To listen to some Republicans, not to mention, the braying of media outlets such as MSNBC, and even, here and there, a few economic libertarians, you would think that traditional conservatives, the defenders of the unborn and the integrity of marriage as a venerable and ancient institution, were responsible for two wars gone sour, over-spending at a level to embarrass Lyndon Johnson, the largest expansion of entitlement spending since the Great Society, numerous cases of GOP corruption and betrayal of the public trust centering around earmarks and political favors and the miserable results in the presidential and congressional elections just passed.
Alaska Governor Sarah Palin, not this writer's first choice for the job of vice president, has now become the target for patronizing comments by the chattering classes who can't tell a moose hunt from an Easter egg hunt. For some of these enlightened minds, Governor Palin's loving acceptance of her new baby with special needs and her stand-up support for her teenage daughter seem to count for nothing at best or even a big negative. They view her selflessness as trailer park behavior rather than a loving parent's defense of life and love in her family.
"To love the little platoon we belong to in society, is the first principle (the germ as it were) of public affections," said Edmund Burke.
Listening to these outcries, one might believe that the global economic meltdown, the single biggest reason for Senator McCain's defeat, was the result of a worldwide conspiracy of the Right to Life movement, pro-marriage activists, Mormons, Evangelicals, Mass-attending Catholics, oh yes, and the NRA.
This scapegoating of the solid and most loyal of the three wings of the Reaganite coalition is inaccurate and just plain wrong. It is self-defeating in the long run. It is rank blame-shifting and a libel of a GOP constituency which has always supported low taxes, a strong defense and a constrained judiciary. All it asked for was fair consideration of its concerns with family and the culture of life.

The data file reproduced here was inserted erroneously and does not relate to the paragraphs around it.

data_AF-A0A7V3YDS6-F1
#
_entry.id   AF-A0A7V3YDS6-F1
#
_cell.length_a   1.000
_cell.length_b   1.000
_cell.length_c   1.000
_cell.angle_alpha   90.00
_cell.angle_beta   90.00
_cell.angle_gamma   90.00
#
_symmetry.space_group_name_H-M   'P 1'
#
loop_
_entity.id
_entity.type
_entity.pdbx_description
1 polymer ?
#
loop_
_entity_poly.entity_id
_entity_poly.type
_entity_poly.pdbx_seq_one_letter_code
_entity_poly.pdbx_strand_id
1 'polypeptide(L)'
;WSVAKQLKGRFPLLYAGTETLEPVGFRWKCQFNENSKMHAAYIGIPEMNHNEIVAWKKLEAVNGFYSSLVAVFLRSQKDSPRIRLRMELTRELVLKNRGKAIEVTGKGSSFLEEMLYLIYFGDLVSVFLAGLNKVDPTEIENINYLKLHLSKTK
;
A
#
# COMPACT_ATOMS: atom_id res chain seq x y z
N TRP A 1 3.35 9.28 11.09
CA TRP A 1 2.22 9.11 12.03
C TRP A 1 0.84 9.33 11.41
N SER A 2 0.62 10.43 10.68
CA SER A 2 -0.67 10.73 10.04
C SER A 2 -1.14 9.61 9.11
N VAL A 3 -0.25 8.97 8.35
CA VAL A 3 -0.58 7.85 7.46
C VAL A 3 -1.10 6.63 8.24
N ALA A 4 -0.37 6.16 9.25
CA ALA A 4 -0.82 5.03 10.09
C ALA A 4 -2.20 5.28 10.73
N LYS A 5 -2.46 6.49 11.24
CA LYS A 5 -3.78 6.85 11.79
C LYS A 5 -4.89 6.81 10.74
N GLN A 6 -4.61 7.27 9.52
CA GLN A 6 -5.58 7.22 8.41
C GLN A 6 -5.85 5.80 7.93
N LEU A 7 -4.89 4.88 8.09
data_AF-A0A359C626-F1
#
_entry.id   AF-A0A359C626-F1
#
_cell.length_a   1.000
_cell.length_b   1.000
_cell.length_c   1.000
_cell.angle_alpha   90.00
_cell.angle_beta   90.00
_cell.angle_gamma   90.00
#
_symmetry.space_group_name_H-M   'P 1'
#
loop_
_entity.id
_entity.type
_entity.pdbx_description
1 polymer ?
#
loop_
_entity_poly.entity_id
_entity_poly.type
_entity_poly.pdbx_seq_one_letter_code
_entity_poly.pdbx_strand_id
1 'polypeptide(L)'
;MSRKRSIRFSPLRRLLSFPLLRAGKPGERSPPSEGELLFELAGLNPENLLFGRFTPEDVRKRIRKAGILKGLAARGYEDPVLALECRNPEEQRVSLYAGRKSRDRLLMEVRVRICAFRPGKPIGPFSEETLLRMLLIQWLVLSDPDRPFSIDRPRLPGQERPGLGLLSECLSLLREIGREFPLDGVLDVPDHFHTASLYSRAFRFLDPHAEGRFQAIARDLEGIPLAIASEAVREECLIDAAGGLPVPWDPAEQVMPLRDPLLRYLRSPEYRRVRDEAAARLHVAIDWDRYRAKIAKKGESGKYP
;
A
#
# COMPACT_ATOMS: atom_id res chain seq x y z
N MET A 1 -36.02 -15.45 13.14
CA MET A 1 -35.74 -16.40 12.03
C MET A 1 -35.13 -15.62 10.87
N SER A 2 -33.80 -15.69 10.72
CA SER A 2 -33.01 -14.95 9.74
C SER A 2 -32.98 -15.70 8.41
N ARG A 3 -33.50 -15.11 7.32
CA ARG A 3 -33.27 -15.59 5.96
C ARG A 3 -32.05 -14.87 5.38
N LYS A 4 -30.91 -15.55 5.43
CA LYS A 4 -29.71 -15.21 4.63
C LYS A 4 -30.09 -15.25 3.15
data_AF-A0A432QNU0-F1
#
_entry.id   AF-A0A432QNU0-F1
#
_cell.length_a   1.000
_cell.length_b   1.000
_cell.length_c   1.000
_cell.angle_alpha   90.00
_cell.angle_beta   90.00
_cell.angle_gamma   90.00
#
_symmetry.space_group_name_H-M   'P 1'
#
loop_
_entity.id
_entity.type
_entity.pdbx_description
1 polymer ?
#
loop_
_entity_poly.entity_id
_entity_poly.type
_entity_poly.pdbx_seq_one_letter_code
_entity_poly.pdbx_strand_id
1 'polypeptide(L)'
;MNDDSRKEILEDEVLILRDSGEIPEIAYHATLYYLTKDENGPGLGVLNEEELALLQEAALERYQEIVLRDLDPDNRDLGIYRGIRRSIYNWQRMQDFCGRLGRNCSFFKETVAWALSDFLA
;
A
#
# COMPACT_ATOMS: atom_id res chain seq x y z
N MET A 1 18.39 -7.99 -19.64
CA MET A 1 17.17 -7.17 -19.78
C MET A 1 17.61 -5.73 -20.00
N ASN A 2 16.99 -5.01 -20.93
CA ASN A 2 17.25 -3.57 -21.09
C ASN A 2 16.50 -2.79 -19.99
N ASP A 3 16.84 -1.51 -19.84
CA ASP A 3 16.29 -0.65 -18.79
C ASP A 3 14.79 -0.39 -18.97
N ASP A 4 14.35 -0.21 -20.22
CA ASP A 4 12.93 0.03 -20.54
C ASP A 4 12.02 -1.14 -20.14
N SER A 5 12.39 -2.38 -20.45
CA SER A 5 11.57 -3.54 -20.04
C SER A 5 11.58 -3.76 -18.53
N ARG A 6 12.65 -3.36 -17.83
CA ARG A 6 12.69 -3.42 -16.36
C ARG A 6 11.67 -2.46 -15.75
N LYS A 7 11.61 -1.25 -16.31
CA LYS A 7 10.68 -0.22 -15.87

If economic or business conservatives thinks they can win Midwestern, western, Southern and border states without Evangelicals, Southern Baptists, culturally conservative Catholics and advocates for the nuclear family as the first of all social institutions, they are kidding themselves. President Gerald Ford's primary victory over Ronald Reagan in 1976 was the last gasp of that worldview. You do not find many political volunteers, or voters, at the Union League or Bogey Clubs.
Political success is about addition, not subtraction. Clearly, the GOP cannot win with only the social conservatives. That is why coalitions are a necessary part of political life. This is equally true for economic and national defense conservatives. Indeed, one could argue that the apparent singularity of social conservative support for the GOP ticket this past election was due, at least in part, to the failure of conservative economic or neoconservative foreign policies, many of which were radical departures from the Reaganite model.
This internecine battle has got to stop if there is to be any chance of regrouping for the off-year elections in 2010 and beyond.
One might view the tripartite Reagan coalition as a portfolio approach to political risk management, appealing to diverse constituencies, programs and messages across a wide and varied society. Viewed this way, social conservatives, free-market economic and national security advocates need to cling to each other while remaining open to the concerns of new emerging constituencies such as Hispanics who, by the way, are pro-family and not normally categorized as social liberals.
This is not to diminish substantive disagreements on serious questions of policy. Indeed, conservative, paleo-conservative and simple plain-vanilla conservatives have real differences on preventive war, nation building, civil liberties and the like. Many will dissent from the GOP's pronounced tilt in favor of the humanity of the unborn in public policy. With only two political parties to choose from, such skirmishes are inevitable. Moreover, there are new issues that need to be analyzed and addressed creatively. For instance, entitlement reform may rival tax cutting as a concern for the long haul. Health care is another matter crying for creative solutions in an age of economic uncertainty and personal mobility in the market place.
What do the Girl Scouts say, make new friends and keep the old?
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